‘It also plays a major role the government’s Industrial Strategy which identified future mobility and clean growth within its grand challenges. This involves a shift to electric vehicles – and ultimately aircraft – which will require lightweight materials and processes to offset the increased weight of power systems, such as batteries, and to improve their efficiency and range.’
Eyes on emissions
The UK government’s intention to ban the sale of conventional diesel and petrol cars by 2040 in a bid to cut emissions has caused huge growth in demand for electric vehicles, with 2017 alone seeing a 54% increase in EV ownership, according to the International Energy Agency.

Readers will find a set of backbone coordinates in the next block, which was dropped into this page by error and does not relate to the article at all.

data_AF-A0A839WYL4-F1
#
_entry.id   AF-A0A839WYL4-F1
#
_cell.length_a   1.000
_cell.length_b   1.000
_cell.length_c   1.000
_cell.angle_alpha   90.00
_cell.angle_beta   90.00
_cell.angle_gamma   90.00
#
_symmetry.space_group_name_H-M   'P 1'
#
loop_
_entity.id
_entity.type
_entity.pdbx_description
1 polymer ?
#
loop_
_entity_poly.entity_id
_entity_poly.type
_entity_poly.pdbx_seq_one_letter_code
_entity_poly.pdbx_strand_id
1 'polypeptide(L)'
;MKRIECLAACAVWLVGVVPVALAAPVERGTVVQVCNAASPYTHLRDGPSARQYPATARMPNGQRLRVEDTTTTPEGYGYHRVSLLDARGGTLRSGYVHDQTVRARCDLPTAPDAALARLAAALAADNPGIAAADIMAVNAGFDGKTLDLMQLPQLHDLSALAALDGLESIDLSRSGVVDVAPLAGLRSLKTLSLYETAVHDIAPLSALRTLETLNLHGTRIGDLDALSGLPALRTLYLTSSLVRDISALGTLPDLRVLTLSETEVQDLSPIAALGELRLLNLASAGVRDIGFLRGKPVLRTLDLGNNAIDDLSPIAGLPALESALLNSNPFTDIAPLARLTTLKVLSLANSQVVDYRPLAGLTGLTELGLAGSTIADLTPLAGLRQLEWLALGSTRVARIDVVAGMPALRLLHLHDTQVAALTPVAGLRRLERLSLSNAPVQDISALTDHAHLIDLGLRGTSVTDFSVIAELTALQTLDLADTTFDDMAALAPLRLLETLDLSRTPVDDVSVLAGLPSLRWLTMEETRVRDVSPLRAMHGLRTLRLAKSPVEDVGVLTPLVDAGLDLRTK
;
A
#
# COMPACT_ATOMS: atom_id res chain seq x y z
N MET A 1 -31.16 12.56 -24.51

AMRC Head of Automotive, Ben Kitcher, said that increasing power and energy density of battery systems is critical to the automotive industry achieving adequate range in its electrified products. ‘Gravimetric and volumetrically speaking, fossil fuels for internal combustion vehicles are at least an order of magnitude more energy dense than even the latest battery technologies,’ he said.
‘As scientists develop new active battery materials to increase energy and power capacity, engineers must continue work to develop materials and systems that lower overall weight of the vehicle significantly.
To exceed the goal of 500km range per charge, both sides of the energy/weight equation must be evolved through continuous innovation.